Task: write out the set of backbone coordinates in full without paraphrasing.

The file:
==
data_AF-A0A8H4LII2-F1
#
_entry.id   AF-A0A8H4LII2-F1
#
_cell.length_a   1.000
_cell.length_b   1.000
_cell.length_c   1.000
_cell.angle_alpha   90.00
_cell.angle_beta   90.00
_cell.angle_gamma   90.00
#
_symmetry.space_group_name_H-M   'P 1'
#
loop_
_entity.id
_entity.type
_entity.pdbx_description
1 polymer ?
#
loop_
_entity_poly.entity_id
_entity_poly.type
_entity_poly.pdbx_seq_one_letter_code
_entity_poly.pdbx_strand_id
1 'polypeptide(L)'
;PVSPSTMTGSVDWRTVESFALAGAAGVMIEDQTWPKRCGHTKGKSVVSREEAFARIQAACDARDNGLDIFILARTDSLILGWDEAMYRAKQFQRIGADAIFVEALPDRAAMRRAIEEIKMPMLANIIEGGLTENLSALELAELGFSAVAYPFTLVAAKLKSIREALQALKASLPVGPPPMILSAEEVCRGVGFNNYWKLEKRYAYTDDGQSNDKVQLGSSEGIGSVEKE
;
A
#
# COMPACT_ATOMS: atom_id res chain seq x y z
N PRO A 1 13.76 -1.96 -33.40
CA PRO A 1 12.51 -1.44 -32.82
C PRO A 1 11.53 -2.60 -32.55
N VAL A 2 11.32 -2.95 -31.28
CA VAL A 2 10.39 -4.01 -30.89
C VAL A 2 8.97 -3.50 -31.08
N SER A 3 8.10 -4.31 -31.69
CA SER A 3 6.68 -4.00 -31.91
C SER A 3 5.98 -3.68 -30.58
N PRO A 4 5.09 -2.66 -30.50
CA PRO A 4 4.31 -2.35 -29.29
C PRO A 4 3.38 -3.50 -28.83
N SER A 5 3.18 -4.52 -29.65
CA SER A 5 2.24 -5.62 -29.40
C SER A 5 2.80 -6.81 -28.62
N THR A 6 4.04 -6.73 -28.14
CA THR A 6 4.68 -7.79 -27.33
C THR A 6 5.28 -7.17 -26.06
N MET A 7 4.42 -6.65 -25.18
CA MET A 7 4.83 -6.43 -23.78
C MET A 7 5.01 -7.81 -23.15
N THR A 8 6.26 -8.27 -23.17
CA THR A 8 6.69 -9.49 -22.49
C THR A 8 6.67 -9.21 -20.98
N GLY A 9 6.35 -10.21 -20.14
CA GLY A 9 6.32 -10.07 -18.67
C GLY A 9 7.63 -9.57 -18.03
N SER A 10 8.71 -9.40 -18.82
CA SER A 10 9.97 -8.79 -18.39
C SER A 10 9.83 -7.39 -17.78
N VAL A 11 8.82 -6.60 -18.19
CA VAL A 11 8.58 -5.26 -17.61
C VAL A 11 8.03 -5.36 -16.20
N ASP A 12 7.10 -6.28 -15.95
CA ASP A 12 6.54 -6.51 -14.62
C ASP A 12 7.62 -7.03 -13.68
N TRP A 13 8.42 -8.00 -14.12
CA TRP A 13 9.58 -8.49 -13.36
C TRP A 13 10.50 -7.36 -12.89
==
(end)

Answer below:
data_AF-A0A8H4LII2-F1
#
_entry.id   AF-A0A8H4LII2-F1
#
_cell.length_a   1.000
_cell.length_b   1.000
_cell.length_c   1.000
_cell.angle_alpha   90.00
_cell.angle_beta   90.00
_cell.angle_gamma   90.00
#
_symmetry.space_group_name_H-M   'P 1'
#
loop_
_entity.id
_entity.type
_entity.pdbx_description
1 polymer ?
#
loop_
_entity_poly.entity_id
_entity_poly.type
_entity_poly.pdbx_seq_one_letter_code
_entity_poly.pdbx_strand_id
1 'polypeptide(L)'
;PVSPSTMTGSVDWRTVESFALAGAAGVMIEDQTWPKRCGHTKGKSVVSREEAFARIQAACDARDNGLDIFILARTDSLILGWDEAMYRAKQFQRIGADAIFVEALPDRAAMRRAIEEIKMPMLANIIEGGLTENLSALELAELGFSAVAYPFTLVAAKLKSIREALQALKASLPVGPPPMILSAEEVCRGVGFNNYWKLEKRYAYTDDGQSNDKVQLGSSEGIGSVEKE
;
A
#
# COMPACT_ATOMS: atom_id res chain seq x y z
N PRO A 1 13.76 -1.96 -33.40
CA PRO A 1 12.51 -1.44 -32.82
C PRO A 1 11.53 -2.60 -32.55
N VAL A 2 11.32 -2.95 -31.28
CA VAL A 2 10.39 -4.01 -30.89
C VAL A 2 8.97 -3.50 -31.08
N SER A 3 8.10 -4.31 -31.69
CA SER A 3 6.68 -4.00 -31.91
C SER A 3 5.98 -3.68 -30.58
N PRO A 4 5.09 -2.66 -30.50
CA PRO A 4 4.31 -2.35 -29.29
C PRO A 4 3.38 -3.50 -28.83
N SER A 5 3.18 -4.52 -29.65
CA SER A 5 2.24 -5.62 -29.40
C SER A 5 2.80 -6.81 -28.62
N THR A 6 4.04 -6.73 -28.14
CA THR A 6 4.68 -7.79 -27.33
C THR A 6 5.28 -7.17 -26.06
N MET A 7 4.42 -6.65 -25.18
CA MET A 7 4.83 -6.43 -23.78
C MET A 7 5.01 -7.81 -23.15
N THR A 8 6.26 -8.27 -23.17
CA THR A 8 6.69 -9.49 -22.49
C THR A 8 6.67 -9.21 -20.98
N GLY A 9 6.35 -10.21 -20.14
CA GLY A 9 6.32 -10.07 -18.67
C GLY A 9 7.63 -9.57 -18.03
N SER A 10 8.71 -9.40 -18.82
CA SER A 10 9.97 -8.79 -18.39
C SER A 10 9.83 -7.39 -17.78
N VAL A 11 8.82 -6.60 -18.19
CA VAL A 11 8.58 -5.26 -17.61
C VAL A 11 8.03 -5.36 -16.20
N ASP A 12 7.10 -6.28 -15.95
CA ASP A 12 6.54 -6.51 -14.62
C ASP A 12 7.62 -7.03 -13.68
N TRP A 13 8.42 -8.00 -14.12
CA TRP A 13 9.58 -8.49 -13.36
C TRP A 13 10.50 -7.36 -12.89